From February 11th through 17th, 2021, the Oregon Values and Beliefs Center conducted a statewide survey of Oregonians’ values and beliefs, including which goals Oregon should prioritize for the future. Respondents were provided a list of aspirational goals for Oregon to strive for compared to other states, and were asked to rank their highest, second highest, and third highest priorities. For this ranking exercise, all the aspirational goals were randomized and listed on one page to all for a comparative assessment for survey takers. For the purpose of evaluation, similar aspirational goals were then grouped into categories (the economy, health, environment, etc.) (Q30-41).
Responses were analyzed and categorized to allow for a better understanding of trends in Oregonians’ values and beliefs. Findings will include a citation of the relevant question, which can be referenced in the annotated questionnaire and tabs at the bottom of the page.
- The top goals for Oregonians are economic in nature. When looking at which aspirations receive the strongest combined first-, second-, and third-highest priority scores, there are two that stand above the rest: Making Oregon the most affordable state to live (52% combined score) and achieving the lowest poverty rate (46%). Men are more likely than women to prioritize affordability, whereas women are more likely to prioritize lowering the poverty rate (Q30,Q31).
- After the economy, Oregonians’ goals become more mixed, but there are a couple of aspirations that constitute a second tier, with combined scores reaching 40%. This tier includes achieving the lowest crime rate compared to other states (41%) and having the cleanest air and water (40%). Having the lowest crime rate is a much higher priority for those ages 65+ (54%) than younger Oregonians, ages 18-44 (33-34%) (Q34,Q36).
- The third tier of aspirational goals includes being the state with the happiest people (28% combined score) and having the highest high school graduation rate (25%). Perhaps unsurprisingly, having the highest high school graduation rate is a higher priority for Oregonians with school-aged children than for those without children (Q33,Q38).
- No other goal had a combined first-, second-, and third-highest priority score reaching 20%. The category of goals with the lowest cumulative priority scores deals with civic aspirations, such as achieving the highest rate of volunteerism and the highest voter turnout (Q40,Q41).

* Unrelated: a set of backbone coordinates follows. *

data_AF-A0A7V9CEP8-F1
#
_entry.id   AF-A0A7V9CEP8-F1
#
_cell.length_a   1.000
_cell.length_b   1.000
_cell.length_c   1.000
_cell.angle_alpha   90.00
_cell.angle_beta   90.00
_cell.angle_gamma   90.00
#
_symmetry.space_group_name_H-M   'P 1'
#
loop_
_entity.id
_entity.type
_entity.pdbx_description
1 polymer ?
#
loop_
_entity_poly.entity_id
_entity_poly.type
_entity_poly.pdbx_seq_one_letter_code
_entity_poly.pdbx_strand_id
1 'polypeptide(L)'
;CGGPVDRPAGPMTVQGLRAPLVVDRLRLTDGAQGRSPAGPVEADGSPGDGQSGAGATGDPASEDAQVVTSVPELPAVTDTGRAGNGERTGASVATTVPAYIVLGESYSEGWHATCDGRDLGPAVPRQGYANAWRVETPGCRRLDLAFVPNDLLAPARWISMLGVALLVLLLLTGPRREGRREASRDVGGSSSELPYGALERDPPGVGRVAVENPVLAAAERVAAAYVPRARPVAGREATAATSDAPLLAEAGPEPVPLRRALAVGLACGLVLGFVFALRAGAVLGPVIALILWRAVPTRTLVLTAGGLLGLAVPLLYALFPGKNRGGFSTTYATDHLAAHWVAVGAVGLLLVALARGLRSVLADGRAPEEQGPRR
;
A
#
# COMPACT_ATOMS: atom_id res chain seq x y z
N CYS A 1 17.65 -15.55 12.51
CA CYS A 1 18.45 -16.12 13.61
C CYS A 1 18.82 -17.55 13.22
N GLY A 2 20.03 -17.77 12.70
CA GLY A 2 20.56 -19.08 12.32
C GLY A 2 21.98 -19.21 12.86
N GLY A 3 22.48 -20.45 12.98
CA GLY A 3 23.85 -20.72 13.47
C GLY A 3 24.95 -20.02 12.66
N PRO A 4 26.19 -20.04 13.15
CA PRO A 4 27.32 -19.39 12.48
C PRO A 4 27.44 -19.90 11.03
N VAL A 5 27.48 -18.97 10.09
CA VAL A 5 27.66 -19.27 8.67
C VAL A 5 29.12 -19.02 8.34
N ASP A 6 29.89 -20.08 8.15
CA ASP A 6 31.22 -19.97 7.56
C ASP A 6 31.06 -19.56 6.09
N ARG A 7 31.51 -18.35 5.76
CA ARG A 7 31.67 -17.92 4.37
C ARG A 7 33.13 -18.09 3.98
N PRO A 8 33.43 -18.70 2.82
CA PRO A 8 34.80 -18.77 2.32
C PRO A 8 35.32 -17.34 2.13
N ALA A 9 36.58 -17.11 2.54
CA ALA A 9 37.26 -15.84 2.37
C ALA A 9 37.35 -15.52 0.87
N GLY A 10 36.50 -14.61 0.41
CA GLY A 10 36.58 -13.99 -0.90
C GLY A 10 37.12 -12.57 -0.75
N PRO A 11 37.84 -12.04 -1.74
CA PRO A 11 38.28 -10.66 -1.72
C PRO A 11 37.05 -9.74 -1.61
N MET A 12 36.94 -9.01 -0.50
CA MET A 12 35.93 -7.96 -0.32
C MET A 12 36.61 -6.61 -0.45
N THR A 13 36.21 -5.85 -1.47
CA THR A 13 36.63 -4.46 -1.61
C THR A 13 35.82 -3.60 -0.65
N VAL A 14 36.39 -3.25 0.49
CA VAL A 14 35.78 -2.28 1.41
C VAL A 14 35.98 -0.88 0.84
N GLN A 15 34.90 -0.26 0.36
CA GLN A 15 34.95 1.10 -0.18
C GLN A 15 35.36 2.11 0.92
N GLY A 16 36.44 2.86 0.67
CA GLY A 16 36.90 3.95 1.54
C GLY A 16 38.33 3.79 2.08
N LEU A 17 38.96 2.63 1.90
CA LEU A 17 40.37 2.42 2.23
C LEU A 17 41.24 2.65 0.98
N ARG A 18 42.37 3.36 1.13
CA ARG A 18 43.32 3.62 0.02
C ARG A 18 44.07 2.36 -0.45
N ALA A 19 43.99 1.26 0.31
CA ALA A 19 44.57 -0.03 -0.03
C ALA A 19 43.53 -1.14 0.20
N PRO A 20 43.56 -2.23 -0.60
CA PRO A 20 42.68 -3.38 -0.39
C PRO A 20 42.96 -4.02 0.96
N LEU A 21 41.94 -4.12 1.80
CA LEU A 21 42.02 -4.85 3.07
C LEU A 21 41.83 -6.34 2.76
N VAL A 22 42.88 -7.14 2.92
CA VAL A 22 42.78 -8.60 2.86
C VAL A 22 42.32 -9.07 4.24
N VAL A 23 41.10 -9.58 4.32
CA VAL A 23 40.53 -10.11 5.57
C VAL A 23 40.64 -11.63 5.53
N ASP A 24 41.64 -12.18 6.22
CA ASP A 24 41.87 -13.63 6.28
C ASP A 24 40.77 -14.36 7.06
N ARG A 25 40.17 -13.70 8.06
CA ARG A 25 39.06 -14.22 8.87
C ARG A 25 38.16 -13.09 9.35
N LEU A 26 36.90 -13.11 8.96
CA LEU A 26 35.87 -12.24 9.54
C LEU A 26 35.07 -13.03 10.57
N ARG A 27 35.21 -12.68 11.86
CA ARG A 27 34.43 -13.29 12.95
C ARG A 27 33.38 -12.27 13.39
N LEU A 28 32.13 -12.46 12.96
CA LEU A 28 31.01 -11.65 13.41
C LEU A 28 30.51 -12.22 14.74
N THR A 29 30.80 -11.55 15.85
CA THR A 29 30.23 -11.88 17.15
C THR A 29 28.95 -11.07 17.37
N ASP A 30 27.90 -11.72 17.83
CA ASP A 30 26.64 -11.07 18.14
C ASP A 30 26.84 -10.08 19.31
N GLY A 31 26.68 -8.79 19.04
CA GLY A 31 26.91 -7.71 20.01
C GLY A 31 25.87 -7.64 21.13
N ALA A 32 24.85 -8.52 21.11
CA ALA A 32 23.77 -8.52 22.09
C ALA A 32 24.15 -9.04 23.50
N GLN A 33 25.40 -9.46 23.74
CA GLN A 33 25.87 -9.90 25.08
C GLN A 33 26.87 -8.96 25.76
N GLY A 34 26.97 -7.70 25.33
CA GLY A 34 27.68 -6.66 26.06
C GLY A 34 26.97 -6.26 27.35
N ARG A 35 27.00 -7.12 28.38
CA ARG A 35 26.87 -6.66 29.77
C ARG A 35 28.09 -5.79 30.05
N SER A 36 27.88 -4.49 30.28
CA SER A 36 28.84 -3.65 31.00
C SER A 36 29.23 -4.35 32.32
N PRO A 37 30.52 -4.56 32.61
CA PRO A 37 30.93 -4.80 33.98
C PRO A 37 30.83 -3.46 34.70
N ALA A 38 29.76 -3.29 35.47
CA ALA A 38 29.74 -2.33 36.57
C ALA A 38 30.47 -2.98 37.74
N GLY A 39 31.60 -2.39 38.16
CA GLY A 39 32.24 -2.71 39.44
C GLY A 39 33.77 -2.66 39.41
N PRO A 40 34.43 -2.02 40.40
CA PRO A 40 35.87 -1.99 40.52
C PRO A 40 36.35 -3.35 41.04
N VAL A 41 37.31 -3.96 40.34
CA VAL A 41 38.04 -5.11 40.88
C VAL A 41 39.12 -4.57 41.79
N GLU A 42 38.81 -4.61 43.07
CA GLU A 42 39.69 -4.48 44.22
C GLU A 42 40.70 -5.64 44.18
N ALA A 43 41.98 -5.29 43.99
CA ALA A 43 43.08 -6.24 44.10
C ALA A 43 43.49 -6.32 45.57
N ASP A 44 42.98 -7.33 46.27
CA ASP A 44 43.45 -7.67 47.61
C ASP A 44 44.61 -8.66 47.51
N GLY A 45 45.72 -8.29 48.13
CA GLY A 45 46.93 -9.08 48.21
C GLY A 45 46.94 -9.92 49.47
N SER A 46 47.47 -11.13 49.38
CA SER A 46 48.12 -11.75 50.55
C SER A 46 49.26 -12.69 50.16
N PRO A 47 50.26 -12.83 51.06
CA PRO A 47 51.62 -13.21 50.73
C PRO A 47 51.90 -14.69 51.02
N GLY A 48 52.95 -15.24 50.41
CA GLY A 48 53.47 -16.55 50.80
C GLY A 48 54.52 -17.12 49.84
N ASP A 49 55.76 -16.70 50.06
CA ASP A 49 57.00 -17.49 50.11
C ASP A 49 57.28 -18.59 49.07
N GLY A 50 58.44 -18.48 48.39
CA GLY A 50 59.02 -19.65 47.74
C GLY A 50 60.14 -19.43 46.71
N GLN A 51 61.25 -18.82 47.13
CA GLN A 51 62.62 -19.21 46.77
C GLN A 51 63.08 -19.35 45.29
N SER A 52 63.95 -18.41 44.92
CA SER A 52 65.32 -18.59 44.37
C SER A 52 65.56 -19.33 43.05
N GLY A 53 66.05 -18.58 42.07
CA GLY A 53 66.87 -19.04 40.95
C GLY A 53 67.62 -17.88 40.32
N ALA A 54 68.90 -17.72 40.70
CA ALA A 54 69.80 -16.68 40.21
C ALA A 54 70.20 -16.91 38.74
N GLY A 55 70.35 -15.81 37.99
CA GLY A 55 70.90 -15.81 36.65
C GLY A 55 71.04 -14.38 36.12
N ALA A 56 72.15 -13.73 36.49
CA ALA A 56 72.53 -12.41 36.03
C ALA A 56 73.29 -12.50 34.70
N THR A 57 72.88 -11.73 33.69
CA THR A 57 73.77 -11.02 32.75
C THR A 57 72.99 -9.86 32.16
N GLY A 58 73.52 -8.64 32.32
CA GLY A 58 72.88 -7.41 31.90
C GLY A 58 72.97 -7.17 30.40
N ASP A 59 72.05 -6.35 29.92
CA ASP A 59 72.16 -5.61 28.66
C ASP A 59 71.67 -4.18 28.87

- In a separate exercise, Oregonians rated these aspirational goals for Oregon on a scale of 1 (very low priority) to 7 (very high priority). Here the goals were rated in isolation (meaning there was only one item per page), and the results were similar to the ranking exercise. The economic goals received strong priority ratings, along with having the cleanest air and water; the lowest crime rate; the happiest people; and the highest high school graduation rate. Interestingly, the goal of having the highest voter turnout performed much better when rated in isolation than when ranked against other priorities (Q18-29).
Identifying What Unites Us and Understanding What Divides Us
- Oregonians of color and whites are largely in alignment and show little significant difference in how they rank these aspirational goals for Oregon. Becoming the most affordable state to live in is the highest priority for both groups, when ranked alongside the other goals (Q31).
- Interestingly, when rating the goals in isolation on a scale of 1 to 7, Oregonians of color and whites also had the same top priority, but this priority was different from the highest-ranked priority (most affordable). When rated in isolation, the goal given the highest priority was having the cleanest air and water (mean scores of 5.5 and 5.7, respectively)(Q22).
- Geographically speaking, urban and rural Oregonians rank their priorities similarly, with economic goals toward the top for both groups. However, there are some differences. For example, rural Oregonians award a higher percentage of first-, second-, and third-highest priority votes for making Oregon the most affordable state to live when compared to urbanites (60% vs. 42%)(Q31).
- Additionally, urban Oregonians are more likely to prioritize the goal of having the strictest gun laws than their rural counterparts (combined score of 18% vs. 4%)(Q36).
The research was completed as a community service by the Oregon Values and Beliefs Center, an independent and non-partisan organization. OVBC is an Oregon charitable nonprofit corporation (www.oregonvbc.org).
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Analysis and Reporting by: Ari Wubbold